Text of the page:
2022.11.30. |

Participants of the project

Coordinator:  Hungarian Ice Hockey Federation – HIHF

The Hungarian Ice Hockey Federation (HIHF) founded in 1927, is the organization running the sport of ice hockey in Hungary. HIHF operates the men, women, senior and youth leagues all over Hungary, as well as the national teams in the following age groups: Men’s Senior, U25, U20, U19, U18, U17, U16, U15, U14, U13, Women’s Senior, Women’s U25, U18, U16, and U14. The HIHF has organized 25 tournaments over the past 3 years, always with the greatest satisfaction of the participating teams. HIHF employs more than 50 colleagues and has 100 member associations. In 2018, revenues were approximately 3.758 million HUF, and expenses were 3.605 million HUF.

Furthermore, HIHF also manages the Hungarian National Development Program which helps players regardless of gender to improve themselves as players and as individuals. Their hockey skills and work ethics are improved as their coaches teach them about tactics, nutrition, media relations, sport psychology, how to handle pressure and ultimately develop them to be able to set goals for themselves, and work towards their dreams.

To be able to provide these opportunities for female players alike, HIHF in cooperation with other nations and organizations, wants to help young girls participate in high-level competitions.

Women’s hockey in Hungary has gone through a major breakthrough in the past couple of years, and its senior and U18 national teams are catching up to some of the greatest hockey nations in the world. The reason for that has been the major improvements with regards to women’s hockey leagues in the country, which serves as an example about the importance of more playtime opportunities for women. The major challenge remains the lack of equal opportunities for younger girls, leading to a limited number of players eligible to participate later on, which gives the motivation to HIHF to organize the U16 CUP series.

Project and financial coordination will be conducted by HIHF, which will engage highly qualified project staff in order to reduce the overall workload.

HIHF as project coordinator has allocated project management to EWIHC project which will include proper planning, organization, coordination, and control of all activities to ensure the implementation of the grant as planned.

Decision making will be ensured through consensus by participation of all project partners in decision-making, through the effective use of communication with brainstorming and nominal group technique.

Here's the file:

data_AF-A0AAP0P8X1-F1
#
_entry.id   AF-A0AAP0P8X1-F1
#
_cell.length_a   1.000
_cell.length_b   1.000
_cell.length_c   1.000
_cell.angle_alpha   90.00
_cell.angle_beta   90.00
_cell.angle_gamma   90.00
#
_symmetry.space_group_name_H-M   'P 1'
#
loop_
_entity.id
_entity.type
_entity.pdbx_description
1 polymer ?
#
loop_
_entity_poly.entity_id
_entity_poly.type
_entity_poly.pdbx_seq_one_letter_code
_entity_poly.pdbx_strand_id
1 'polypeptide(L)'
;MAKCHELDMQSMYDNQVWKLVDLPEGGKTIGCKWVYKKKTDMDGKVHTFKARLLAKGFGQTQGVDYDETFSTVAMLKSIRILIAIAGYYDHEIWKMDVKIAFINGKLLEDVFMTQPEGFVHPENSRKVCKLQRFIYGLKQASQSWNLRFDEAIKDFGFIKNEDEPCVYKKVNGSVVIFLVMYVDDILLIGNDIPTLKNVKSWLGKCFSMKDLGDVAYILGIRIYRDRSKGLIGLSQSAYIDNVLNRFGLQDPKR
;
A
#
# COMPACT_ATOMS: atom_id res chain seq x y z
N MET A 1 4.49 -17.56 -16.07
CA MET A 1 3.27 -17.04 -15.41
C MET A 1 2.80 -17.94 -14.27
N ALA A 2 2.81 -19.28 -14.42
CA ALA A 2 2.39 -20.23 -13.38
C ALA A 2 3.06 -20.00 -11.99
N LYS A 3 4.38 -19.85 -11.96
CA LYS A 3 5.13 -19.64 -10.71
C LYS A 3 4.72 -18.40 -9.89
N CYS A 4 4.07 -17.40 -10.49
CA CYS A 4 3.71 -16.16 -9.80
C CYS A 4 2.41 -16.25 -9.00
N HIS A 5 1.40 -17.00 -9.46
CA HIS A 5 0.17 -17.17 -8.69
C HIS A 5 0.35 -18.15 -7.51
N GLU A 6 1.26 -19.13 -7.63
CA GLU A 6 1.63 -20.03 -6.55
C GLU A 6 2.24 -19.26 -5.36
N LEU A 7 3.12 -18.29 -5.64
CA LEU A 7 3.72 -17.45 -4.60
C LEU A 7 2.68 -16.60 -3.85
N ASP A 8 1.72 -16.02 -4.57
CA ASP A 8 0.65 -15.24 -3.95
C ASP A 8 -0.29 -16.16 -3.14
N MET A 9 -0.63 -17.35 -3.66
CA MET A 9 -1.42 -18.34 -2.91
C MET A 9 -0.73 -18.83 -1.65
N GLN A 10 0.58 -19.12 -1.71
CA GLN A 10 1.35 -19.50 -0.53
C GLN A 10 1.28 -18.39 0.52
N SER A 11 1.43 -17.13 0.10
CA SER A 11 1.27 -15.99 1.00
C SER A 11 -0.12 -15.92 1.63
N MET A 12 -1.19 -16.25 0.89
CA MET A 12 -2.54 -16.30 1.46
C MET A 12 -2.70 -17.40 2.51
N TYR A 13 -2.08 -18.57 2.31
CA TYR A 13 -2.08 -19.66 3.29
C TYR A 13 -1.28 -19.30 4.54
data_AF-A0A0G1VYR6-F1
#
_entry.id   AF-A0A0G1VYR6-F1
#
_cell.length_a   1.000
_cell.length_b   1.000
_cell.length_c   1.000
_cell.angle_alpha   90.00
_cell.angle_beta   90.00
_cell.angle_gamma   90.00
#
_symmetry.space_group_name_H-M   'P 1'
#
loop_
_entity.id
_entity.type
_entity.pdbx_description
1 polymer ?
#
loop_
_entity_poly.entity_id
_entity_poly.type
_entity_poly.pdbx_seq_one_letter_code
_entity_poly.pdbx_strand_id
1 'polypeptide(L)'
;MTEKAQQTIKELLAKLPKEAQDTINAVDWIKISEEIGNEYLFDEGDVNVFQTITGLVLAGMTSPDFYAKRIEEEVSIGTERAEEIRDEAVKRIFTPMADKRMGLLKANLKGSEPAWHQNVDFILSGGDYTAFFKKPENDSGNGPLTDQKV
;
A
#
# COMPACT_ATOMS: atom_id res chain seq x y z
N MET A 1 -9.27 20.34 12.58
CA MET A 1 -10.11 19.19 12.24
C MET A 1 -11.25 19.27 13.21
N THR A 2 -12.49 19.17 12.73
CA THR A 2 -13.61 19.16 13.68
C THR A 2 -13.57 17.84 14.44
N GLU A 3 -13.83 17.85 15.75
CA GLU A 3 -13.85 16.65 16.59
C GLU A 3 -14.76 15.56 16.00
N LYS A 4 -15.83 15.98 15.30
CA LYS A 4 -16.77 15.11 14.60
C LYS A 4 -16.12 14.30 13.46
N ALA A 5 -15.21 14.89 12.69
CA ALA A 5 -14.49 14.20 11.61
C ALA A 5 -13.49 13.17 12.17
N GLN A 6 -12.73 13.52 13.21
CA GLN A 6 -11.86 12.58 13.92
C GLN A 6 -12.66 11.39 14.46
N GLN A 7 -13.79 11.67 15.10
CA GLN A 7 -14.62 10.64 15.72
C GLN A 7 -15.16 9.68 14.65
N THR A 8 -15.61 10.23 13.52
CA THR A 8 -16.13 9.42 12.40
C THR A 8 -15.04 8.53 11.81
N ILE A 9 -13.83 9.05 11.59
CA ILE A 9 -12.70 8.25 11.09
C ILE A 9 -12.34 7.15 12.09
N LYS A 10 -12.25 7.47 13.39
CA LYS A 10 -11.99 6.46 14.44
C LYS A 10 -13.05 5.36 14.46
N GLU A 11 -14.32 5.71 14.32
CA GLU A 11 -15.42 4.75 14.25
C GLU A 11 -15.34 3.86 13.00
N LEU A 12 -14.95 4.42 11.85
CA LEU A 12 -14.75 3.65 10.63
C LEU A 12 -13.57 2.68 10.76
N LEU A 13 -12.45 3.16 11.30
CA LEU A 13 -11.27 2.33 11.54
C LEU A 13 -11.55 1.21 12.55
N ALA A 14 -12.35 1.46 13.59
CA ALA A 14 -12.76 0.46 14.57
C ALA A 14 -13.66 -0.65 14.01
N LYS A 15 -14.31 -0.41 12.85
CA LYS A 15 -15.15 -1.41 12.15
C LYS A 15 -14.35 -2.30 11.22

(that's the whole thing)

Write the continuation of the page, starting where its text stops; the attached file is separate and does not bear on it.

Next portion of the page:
HIHF has a vast experience in the coordination, management, preparation, implementation, monitoring and internal evaluation of different sport projects; in-depth knowledge of global trends and developments in world of sport; comprehensive know-how in dealing with sport issue; well-founded knowledge about the women’s ice hockey in the EU;  long record of strategic development, capacity and institution building; wide-ranging experience of working in an international and intercultural context and the ability to use all this experience and expertise for the successful implementation of measures for our target group.

Since 2015, HIHF has participated in EU funded projects in sport, in the capacity of a partner and as the coordinating institution in Hungary.


Austrian Ice Hockey Federation - AIHF

The Austrian Ice Hockey Federation (Österreichischer Eishockeyverband) was founded in 1912 and is one of the oldest members of the IIHF. Priorities of AIHF is to promote hockey for kids, youngsters and professionals, men and women alike. AIHF organizes all national teams’ programs and education for coaches on different levels. In addition, AIHF organizes youth leagues for different ages.

Recently, AIHF is working towards the improvement of school-sport cooperation, in collaboration with ENZ-O, (short for Eishockey Nachwuchszentrum Ost) which is an independent regional project with the mission to encourage children to start playing hockey at a young age, and to create an optimal setting for children to excel in their studies as well as in ice hockey. ENZ-O provides children with the opportunity to participate in hockey practice, starting in nursery school, and partners up with primary and secondary schools to integrate sports into school schedule and enrich the development of children’s individual and sport intellect.

AIHF also cooperates with Para-Ice Hockey (formerly known as Ice-Sledge Hockey), the National Anti-Doping Agency (NADA), the Austrian Olympic Committee, the international EBEL League, Austrian regional federations and with every ice hockey club in Austria.